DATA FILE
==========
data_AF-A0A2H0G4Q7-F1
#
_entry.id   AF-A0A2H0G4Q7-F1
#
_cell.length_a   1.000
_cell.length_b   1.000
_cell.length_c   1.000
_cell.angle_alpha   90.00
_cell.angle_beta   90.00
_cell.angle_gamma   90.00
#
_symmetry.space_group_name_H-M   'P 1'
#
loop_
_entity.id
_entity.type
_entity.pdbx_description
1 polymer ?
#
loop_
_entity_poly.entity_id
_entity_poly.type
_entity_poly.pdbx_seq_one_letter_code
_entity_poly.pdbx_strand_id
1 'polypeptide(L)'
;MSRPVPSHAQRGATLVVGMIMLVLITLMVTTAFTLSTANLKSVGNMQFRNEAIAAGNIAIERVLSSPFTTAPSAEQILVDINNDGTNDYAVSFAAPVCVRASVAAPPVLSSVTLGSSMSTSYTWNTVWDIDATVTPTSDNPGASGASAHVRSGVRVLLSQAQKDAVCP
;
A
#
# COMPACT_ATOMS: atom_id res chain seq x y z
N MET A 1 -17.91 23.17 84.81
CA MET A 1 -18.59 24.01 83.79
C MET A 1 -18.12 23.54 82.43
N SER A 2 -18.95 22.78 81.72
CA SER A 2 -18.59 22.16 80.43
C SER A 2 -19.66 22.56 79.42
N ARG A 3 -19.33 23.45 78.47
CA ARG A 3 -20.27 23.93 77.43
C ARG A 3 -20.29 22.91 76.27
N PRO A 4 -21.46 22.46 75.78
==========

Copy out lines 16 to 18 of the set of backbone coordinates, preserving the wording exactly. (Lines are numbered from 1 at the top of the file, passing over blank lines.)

_entity.type
_entity.pdbx_description
1 polymer ?